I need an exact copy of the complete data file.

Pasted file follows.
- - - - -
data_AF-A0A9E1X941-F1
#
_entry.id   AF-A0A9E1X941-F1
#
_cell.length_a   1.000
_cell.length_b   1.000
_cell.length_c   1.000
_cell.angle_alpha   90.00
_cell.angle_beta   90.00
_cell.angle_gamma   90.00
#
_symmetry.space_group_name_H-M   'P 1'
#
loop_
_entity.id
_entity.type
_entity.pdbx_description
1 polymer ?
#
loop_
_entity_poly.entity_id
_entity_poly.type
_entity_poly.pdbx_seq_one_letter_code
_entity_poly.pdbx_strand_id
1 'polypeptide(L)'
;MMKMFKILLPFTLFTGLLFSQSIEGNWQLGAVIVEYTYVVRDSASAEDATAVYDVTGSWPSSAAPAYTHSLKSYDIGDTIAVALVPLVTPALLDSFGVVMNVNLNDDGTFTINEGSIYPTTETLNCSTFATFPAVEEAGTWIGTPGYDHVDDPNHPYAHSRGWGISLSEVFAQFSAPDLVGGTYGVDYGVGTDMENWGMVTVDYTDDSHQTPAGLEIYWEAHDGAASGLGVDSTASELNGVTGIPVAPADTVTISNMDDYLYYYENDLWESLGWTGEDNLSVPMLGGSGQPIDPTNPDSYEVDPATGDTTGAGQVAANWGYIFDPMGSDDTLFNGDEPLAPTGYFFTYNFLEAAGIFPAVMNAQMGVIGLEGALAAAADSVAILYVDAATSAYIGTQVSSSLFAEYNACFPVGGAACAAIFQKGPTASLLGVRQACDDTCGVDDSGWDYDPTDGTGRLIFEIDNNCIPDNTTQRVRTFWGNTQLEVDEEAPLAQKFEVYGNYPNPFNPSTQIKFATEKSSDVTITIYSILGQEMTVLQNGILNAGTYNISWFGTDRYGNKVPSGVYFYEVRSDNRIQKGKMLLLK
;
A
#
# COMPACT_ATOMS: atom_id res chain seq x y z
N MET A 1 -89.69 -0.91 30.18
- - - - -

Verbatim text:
data_AF-A0A9E1X941-F1
#
_entry.id   AF-A0A9E1X941-F1
#
_cell.length_a   1.000
_cell.length_b   1.000
_cell.length_c   1.000
_cell.angle_alpha   90.00
_cell.angle_beta   90.00
_cell.angle_gamma   90.00
#
_symmetry.space_group_name_H-M   'P 1'
#
loop_
_entity.id
_entity.type
_entity.pdbx_description
1 polymer ?
#
loop_
_entity_poly.entity_id
_entity_poly.type
_entity_poly.pdbx_seq_one_letter_code
_entity_poly.pdbx_strand_id
1 'polypeptide(L)'
;MMKMFKILLPFTLFTGLLFSQSIEGNWQLGAVIVEYTYVVRDSASAEDATAVYDVTGSWPSSAAPAYTHSLKSYDIGDTIAVALVPLVTPALLDSFGVVMNVNLNDDGTFTINEGSIYPTTETLNCSTFATFPAVEEAGTWIGTPGYDHVDDPNHPYAHSRGWGISLSEVFAQFSAPDLVGGTYGVDYGVGTDMENWGMVTVDYTDDSHQTPAGLEIYWEAHDGAASGLGVDSTASELNGVTGIPVAPADTVTISNMDDYLYYYENDLWESLGWTGEDNLSVPMLGGSGQPIDPTNPDSYEVDPATGDTTGAGQVAANWGYIFDPMGSDDTLFNGDEPLAPTGYFFTYNFLEAAGIFPAVMNAQMGVIGLEGALAAAADSVAILYVDAATSAYIGTQVSSSLFAEYNACFPVGGAACAAIFQKGPTASLLGVRQACDDTCGVDDSGWDYDPTDGTGRLIFEIDNNCIPDNTTQRVRTFWGNTQLEVDEEAPLAQKFEVYGNYPNPFNPSTQIKFATEKSSDVTITIYSILGQEMTVLQNGILNAGTYNISWFGTDRYGNKVPSGVYFYEVRSDNRIQKGKMLLLK
;
A
#
# COMPACT_ATOMS: atom_id res chain seq x y z
N MET A 1 -89.69 -0.91 30.18